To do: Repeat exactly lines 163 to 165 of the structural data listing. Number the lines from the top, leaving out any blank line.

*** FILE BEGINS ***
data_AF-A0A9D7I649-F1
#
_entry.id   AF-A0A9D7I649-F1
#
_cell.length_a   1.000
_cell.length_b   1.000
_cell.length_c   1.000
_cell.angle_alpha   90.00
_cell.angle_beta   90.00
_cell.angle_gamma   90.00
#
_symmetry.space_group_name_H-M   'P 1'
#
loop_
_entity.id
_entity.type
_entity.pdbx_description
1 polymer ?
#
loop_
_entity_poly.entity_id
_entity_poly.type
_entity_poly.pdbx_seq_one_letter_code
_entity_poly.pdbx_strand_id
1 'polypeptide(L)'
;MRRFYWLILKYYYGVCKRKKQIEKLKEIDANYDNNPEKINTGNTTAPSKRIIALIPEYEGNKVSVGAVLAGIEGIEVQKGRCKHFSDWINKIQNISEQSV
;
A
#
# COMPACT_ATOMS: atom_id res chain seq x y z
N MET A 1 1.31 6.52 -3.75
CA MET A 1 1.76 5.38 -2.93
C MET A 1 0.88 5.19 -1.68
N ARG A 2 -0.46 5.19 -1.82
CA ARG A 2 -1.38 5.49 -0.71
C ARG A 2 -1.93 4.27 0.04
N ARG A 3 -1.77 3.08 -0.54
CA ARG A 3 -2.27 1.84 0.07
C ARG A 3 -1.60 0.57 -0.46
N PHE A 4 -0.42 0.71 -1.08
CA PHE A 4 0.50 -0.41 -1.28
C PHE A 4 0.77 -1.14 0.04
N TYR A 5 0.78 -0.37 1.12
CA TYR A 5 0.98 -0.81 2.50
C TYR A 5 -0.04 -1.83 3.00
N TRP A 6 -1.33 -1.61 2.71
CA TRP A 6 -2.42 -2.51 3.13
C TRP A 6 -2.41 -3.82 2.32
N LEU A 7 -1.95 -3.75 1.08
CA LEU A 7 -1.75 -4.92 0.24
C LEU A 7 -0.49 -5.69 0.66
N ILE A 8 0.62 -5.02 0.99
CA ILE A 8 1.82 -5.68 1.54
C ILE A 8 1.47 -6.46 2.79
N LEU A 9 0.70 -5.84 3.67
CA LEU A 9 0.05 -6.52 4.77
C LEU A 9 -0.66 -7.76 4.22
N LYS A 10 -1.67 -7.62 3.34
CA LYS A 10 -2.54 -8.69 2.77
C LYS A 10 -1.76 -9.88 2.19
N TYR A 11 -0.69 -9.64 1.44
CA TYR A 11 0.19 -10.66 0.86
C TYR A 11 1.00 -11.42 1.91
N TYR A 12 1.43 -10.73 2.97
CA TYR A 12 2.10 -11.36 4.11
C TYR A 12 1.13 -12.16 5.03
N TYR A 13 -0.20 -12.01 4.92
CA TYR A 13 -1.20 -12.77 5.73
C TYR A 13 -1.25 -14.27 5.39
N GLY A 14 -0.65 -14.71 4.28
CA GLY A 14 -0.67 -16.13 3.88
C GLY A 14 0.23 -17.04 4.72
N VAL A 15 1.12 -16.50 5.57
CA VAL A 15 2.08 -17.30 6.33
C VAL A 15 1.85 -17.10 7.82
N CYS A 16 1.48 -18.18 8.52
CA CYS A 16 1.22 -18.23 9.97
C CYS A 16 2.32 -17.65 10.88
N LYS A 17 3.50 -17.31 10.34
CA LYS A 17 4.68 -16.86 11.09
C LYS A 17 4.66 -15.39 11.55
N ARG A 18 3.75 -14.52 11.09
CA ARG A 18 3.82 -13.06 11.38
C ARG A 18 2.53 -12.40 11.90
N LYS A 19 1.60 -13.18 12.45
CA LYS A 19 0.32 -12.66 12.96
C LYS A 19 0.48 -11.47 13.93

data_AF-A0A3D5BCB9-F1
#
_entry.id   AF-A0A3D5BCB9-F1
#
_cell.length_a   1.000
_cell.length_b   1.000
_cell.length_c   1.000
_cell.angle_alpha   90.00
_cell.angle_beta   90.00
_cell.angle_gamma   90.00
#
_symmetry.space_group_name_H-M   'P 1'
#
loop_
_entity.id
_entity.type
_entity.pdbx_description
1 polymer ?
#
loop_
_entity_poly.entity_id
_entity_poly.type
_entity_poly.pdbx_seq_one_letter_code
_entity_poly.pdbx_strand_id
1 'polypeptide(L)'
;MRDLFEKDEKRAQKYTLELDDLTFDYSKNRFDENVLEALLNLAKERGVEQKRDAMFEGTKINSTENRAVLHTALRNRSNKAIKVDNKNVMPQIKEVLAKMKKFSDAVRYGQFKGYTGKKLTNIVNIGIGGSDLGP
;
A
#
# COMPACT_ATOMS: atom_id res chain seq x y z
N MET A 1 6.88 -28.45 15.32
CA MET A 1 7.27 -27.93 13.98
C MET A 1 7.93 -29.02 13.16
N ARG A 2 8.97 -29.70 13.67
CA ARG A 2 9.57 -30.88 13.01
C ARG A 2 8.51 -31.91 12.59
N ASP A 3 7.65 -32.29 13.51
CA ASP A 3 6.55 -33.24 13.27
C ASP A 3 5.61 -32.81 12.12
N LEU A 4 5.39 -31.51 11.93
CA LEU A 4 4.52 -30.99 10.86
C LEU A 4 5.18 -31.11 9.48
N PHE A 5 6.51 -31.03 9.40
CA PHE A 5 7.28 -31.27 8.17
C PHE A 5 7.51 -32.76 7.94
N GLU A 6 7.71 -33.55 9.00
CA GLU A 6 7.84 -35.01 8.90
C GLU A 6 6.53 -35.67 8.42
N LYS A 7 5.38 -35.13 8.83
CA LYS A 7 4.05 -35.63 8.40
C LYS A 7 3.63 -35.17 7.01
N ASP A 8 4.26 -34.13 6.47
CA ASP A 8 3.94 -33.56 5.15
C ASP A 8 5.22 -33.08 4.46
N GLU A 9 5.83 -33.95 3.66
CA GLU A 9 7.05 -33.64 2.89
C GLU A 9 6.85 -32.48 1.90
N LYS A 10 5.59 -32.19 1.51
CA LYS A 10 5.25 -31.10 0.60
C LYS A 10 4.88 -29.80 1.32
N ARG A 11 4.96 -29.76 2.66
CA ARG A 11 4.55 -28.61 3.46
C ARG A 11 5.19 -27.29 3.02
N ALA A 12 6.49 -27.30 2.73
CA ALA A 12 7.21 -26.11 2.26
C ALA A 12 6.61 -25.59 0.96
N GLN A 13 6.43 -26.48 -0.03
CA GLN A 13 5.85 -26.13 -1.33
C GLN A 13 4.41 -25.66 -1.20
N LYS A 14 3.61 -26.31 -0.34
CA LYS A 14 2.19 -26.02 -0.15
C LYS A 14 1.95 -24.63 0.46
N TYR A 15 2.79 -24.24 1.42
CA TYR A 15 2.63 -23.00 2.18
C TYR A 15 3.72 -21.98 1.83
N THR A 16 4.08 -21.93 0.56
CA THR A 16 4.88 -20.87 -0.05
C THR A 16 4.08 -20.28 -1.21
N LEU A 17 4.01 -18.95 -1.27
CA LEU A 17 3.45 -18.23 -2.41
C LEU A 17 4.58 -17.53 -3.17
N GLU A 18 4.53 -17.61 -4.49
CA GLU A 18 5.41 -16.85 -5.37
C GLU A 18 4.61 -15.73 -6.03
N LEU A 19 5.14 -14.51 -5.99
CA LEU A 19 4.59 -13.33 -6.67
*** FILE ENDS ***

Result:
N THR A 16 4.08 -21.93 0.56
CA THR A 16 4.88 -20.87 -0.05
C THR A 16 4.08 -20.28 -1.21